How can the Dolphins offense build off 2022? ‘Finding that groove again’ and these fixes

·6 min read

In 2022, the Dolphins produced one of the most explosive and efficient offenses the franchise has had in years under head coach Mike McDaniel. And yet, after a late-season losing streak that also included the absence of quarterback Tua Tagovailoa, who had a second stint in the NFL’s concussion protocol, there is room for improvement in 2023.

On Tuesday, before Miami’s first open OTA practice, McDaniel acknowledged the team had substantial growth in 2022 — Miami improved from 22nd to 11th in points scored and 29th to third in yards per play — but said it was a “critical offseason for me.”

“I didn’t look at our offense, and say, ‘Wow, we did all this stuff good.’ I saw all the stuff that we could improve upon,” he said.

After spending last offseason laying the foundation for a new offense, the Dolphins enter their second year under McDaniel with an identity. The core of a unit that averaged 23.4 points per game last season is still in place. Tagovailoa returned to the field for his first team drills since a Christmas Day concussion and will throw to top receivers Tyreek Hill and Jaylen Waddle.

But there are also new additions who could play major roles — and help evolve the offense — in 2023.

“Taking a step back [in the offseason], I think affords people a little more open-mindedness,” McDaniel said. “And all I’ve seen is an offense, I’ve seen a team that isn’t satisfied with where they’re at. They see 2023 is an opportunity to really move past where we were last year. And that’s the way they’ve approached it. From route running to how we block people, to everything in between; the consistency of our fundamentals and detail has been huge and we’ve had as a result, I mean, the growth that we made in Phase 1 and Phase 2, relative to last year, is astronomical.”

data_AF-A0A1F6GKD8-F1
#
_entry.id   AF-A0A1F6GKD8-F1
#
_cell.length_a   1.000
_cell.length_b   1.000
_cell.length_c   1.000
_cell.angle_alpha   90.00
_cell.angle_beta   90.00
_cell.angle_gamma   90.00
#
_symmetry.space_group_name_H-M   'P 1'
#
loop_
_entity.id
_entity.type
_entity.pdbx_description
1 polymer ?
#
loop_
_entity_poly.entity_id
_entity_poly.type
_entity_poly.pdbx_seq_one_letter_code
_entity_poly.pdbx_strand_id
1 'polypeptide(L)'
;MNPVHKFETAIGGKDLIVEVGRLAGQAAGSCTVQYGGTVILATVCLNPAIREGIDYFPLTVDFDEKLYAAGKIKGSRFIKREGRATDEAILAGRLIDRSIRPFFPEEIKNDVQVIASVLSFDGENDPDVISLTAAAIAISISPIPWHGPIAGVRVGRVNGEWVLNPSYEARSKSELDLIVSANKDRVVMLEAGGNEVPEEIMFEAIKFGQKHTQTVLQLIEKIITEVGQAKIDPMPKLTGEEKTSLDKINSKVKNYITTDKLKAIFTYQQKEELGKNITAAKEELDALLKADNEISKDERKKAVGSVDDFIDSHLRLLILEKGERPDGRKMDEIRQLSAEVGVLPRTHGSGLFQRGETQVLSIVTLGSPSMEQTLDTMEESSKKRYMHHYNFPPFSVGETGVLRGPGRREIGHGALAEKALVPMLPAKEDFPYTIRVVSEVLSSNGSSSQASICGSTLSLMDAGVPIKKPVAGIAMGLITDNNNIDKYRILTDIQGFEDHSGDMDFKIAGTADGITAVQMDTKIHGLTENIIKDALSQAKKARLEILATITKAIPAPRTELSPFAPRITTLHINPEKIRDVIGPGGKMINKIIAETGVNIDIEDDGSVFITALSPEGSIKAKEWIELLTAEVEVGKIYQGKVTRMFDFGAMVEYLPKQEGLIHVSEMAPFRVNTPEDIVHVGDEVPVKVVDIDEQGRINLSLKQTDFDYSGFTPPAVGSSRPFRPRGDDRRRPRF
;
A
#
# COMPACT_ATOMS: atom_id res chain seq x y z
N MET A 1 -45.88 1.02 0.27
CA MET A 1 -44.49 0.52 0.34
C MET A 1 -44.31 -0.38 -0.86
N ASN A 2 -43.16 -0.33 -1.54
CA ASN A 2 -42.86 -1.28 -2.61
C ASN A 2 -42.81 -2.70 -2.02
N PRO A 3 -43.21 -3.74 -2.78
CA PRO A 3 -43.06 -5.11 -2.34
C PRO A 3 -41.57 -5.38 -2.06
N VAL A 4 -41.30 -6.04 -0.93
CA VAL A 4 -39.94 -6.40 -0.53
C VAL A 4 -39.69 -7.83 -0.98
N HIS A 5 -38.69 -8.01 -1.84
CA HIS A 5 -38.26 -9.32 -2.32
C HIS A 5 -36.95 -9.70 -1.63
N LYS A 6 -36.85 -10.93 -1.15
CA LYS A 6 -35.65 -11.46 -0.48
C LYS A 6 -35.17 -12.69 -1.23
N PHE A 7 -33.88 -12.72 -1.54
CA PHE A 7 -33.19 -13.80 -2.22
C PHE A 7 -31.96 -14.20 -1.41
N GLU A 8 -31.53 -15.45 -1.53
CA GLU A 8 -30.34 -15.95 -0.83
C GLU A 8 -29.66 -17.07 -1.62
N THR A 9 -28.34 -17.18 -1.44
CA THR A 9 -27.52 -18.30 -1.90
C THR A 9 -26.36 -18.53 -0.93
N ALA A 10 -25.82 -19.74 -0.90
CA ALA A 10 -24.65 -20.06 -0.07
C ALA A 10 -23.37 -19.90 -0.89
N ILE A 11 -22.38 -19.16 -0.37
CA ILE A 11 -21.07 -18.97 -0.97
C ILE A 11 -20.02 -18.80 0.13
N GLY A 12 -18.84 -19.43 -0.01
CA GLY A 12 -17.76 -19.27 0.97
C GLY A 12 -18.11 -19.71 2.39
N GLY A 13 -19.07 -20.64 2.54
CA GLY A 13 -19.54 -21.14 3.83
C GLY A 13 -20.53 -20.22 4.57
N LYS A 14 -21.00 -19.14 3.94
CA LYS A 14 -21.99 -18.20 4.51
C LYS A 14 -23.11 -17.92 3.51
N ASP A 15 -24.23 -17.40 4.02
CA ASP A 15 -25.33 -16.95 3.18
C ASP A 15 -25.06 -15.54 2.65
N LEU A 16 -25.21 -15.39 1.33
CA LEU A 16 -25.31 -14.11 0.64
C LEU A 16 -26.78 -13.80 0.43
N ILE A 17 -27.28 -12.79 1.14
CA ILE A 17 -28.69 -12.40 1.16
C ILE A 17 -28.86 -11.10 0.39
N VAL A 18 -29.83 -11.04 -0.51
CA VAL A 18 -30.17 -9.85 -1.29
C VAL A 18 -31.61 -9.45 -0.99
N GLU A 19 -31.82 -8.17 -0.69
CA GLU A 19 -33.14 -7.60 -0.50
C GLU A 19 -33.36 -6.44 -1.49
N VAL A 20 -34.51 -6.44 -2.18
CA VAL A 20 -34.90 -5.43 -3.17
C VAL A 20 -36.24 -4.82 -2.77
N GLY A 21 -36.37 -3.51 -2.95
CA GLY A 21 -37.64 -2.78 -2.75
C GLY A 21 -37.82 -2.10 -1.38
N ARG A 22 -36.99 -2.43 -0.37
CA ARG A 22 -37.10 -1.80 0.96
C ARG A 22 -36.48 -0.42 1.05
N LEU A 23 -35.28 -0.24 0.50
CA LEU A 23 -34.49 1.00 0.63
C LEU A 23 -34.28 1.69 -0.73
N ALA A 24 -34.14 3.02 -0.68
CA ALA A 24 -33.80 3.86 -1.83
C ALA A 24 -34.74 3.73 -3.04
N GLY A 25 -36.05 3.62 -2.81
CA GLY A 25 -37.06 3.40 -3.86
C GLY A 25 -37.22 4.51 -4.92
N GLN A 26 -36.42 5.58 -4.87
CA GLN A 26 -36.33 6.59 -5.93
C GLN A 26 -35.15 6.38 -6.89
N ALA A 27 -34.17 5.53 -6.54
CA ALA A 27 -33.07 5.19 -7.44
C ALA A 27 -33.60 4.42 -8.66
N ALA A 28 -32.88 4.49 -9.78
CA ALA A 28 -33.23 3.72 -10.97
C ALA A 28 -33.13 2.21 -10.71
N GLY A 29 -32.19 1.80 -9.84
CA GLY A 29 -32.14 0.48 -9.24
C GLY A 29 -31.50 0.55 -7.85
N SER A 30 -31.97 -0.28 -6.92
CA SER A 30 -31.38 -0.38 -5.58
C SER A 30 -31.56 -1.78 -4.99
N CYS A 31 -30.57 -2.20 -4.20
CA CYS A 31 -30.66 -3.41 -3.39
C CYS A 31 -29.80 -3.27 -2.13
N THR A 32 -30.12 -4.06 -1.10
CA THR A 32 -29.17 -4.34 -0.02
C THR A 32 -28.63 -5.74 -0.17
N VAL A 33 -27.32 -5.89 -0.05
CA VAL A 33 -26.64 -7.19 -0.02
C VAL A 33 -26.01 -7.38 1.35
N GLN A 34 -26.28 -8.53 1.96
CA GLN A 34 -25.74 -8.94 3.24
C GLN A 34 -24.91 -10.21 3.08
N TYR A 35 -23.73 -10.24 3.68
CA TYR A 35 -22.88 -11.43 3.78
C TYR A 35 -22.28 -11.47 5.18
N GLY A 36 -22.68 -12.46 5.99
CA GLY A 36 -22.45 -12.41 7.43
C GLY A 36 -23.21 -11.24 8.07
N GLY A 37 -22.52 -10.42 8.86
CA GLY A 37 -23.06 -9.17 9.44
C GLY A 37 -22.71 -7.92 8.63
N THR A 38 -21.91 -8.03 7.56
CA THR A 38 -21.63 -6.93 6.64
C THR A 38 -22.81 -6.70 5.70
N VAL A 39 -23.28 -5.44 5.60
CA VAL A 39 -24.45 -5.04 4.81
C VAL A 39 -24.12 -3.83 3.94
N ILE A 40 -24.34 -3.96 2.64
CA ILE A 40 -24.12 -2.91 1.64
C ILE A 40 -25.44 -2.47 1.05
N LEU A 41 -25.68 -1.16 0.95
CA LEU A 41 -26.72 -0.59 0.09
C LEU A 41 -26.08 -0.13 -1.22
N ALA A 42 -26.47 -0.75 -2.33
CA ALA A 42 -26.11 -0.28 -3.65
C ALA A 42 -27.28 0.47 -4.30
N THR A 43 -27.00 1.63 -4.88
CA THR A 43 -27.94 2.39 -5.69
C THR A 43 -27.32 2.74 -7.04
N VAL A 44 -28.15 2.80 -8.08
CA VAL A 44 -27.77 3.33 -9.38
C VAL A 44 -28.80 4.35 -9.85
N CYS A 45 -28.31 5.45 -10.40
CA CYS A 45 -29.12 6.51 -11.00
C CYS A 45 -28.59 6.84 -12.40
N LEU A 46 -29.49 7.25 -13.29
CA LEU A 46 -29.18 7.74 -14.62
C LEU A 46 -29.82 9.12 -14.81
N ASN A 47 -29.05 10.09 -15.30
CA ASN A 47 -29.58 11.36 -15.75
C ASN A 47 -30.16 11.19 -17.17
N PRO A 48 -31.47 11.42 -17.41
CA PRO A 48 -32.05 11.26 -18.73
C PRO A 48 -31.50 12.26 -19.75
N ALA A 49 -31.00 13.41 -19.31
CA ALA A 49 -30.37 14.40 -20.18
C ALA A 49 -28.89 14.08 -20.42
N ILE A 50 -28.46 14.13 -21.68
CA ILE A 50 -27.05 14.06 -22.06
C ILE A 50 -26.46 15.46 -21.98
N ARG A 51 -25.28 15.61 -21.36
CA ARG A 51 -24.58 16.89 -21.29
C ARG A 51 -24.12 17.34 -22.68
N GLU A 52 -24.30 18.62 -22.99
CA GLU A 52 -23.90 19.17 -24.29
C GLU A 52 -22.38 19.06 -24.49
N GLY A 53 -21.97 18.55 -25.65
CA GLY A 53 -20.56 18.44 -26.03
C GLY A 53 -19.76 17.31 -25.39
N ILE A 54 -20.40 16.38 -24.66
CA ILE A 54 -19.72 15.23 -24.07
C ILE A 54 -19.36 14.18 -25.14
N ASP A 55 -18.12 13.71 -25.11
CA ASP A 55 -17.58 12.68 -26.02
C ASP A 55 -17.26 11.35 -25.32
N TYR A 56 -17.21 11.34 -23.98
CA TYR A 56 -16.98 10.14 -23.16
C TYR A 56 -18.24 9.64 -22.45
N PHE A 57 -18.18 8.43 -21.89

Pre-snap penalties

Asked on Tuesday in what ways the Dolphins’ offense could improve, McDaniel quickly mentioned the unit’s presnap penalties.

“We were the worst at that. So got a lot of ways to improve there,” he said.

The Dolphins’ 118 penalties in 2022 were tied with the Arizona Cardinals for the most in the NFL, and many consisted of presnap infractions. Miami had eight delay of game penalties, tied with six teams for second most in the league, according to The Dolphins’ three illegal shift penalties were tied with the Cardinals for most in the league. They were also one of five teams to be penalized for illegal motion and twice flagged for illegal formation. And the team’s 22 false start infractions were tied for ninth.

Dolphins Head Coach Mike McDaniel walks the field during 2023 Miami Dolphins Rookie Minicamp at Baptist Health Training Complex in Miami Gardens, Florida, on Friday, May 12, 2023.
Dolphins Head Coach Mike McDaniel walks the field during 2023 Miami Dolphins Rookie Minicamp at Baptist Health Training Complex in Miami Gardens, Florida, on Friday, May 12, 2023.

The Dolphins’ struggles with the presnap operation were most problematic in their season-ending loss to the Buffalo Bills in the wild-card round. With then-rookie Skylar Thompson starting, Miami burned all three of its second-half timeouts with 4:13 remaining and couldn’t prevent a delay of game penalty before an unsuccessful fourth-down try on the final possession.

Throughout the season, McDaniel and the starting quarterbacks accepted the blame for alignment issues and not snapping the ball in a timely fashion. With a bevy of formations and a high rate of presnap motion, such issues can arise at times but it nonetheless needs to be cleaned up. A full year’s knowledge of the offense should, in theory, result in fewer presnap penalties.